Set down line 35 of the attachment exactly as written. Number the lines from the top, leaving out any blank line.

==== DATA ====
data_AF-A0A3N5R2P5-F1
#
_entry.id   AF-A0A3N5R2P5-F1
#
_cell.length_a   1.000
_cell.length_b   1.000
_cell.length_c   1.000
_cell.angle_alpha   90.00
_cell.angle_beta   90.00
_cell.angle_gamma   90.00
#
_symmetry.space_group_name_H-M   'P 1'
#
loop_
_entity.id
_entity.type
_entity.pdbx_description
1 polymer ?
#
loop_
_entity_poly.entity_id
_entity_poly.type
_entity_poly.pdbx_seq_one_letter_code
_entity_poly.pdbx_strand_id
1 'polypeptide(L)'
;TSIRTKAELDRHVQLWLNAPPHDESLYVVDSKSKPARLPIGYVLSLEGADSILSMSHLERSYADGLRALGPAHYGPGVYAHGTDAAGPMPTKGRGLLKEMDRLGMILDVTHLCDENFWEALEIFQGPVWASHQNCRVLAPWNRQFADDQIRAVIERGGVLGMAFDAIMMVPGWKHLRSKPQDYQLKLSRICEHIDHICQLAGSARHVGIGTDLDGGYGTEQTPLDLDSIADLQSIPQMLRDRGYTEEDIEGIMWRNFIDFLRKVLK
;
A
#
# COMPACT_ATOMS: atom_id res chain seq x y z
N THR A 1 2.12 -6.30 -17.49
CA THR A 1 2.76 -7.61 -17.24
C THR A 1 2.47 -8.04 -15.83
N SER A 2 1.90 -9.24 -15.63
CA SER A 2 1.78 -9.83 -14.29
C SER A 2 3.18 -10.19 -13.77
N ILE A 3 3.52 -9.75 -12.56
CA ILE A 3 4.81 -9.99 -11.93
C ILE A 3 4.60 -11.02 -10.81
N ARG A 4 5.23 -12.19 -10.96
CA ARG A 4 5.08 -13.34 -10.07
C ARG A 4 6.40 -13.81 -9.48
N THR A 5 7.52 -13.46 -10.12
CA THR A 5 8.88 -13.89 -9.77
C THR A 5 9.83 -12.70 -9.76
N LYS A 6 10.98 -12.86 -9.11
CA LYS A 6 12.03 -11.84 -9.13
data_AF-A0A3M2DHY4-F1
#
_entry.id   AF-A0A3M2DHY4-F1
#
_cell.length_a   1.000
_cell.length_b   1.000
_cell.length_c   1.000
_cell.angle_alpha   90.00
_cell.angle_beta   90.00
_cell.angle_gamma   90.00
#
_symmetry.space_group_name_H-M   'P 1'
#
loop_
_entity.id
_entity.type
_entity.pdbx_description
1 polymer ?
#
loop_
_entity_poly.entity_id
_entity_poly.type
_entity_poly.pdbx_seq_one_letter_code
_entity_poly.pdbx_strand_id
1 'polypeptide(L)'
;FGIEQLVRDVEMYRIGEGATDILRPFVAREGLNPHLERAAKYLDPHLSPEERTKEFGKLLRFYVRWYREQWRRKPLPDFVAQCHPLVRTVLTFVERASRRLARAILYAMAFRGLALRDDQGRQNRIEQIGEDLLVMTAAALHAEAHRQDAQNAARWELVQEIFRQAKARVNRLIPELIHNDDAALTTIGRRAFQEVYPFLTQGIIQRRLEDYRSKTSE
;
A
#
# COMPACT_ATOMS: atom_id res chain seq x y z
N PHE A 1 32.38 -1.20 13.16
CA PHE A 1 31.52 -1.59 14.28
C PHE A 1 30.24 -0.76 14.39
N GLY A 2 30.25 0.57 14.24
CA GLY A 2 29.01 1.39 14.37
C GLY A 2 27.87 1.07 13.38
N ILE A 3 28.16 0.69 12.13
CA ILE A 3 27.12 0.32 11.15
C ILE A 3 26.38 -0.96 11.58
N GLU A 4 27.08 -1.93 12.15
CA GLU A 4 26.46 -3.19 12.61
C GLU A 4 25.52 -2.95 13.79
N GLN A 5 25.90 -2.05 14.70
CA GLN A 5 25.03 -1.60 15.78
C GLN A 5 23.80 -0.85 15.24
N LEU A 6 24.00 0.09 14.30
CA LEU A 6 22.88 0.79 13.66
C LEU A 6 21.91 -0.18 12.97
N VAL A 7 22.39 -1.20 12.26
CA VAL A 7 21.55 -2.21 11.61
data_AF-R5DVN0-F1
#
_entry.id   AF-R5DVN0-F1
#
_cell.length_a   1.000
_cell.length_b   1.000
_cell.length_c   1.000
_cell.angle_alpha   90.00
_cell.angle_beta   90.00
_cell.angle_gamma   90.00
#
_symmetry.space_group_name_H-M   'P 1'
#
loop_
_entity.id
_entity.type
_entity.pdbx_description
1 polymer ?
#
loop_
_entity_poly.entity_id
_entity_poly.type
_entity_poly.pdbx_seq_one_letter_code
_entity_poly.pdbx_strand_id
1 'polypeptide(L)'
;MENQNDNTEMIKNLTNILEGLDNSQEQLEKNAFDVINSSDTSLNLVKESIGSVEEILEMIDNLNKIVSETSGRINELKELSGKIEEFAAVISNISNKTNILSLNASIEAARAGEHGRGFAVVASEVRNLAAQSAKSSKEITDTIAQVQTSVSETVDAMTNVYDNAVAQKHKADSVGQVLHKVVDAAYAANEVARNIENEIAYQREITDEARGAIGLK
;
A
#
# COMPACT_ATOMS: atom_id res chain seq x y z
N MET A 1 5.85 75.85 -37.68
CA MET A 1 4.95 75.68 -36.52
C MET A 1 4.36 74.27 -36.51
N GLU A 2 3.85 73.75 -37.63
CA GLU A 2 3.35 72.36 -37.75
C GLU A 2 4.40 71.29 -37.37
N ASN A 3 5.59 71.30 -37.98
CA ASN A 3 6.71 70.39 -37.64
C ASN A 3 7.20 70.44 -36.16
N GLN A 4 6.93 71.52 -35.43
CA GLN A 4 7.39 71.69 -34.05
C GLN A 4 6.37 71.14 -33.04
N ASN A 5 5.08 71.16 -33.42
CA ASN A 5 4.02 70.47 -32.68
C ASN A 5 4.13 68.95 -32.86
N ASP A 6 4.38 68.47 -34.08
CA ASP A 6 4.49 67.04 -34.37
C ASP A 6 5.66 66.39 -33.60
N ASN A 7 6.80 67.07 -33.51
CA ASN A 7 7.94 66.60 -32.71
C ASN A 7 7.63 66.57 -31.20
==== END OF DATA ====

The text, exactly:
CA SER A 2 1.78 -9.83 -14.29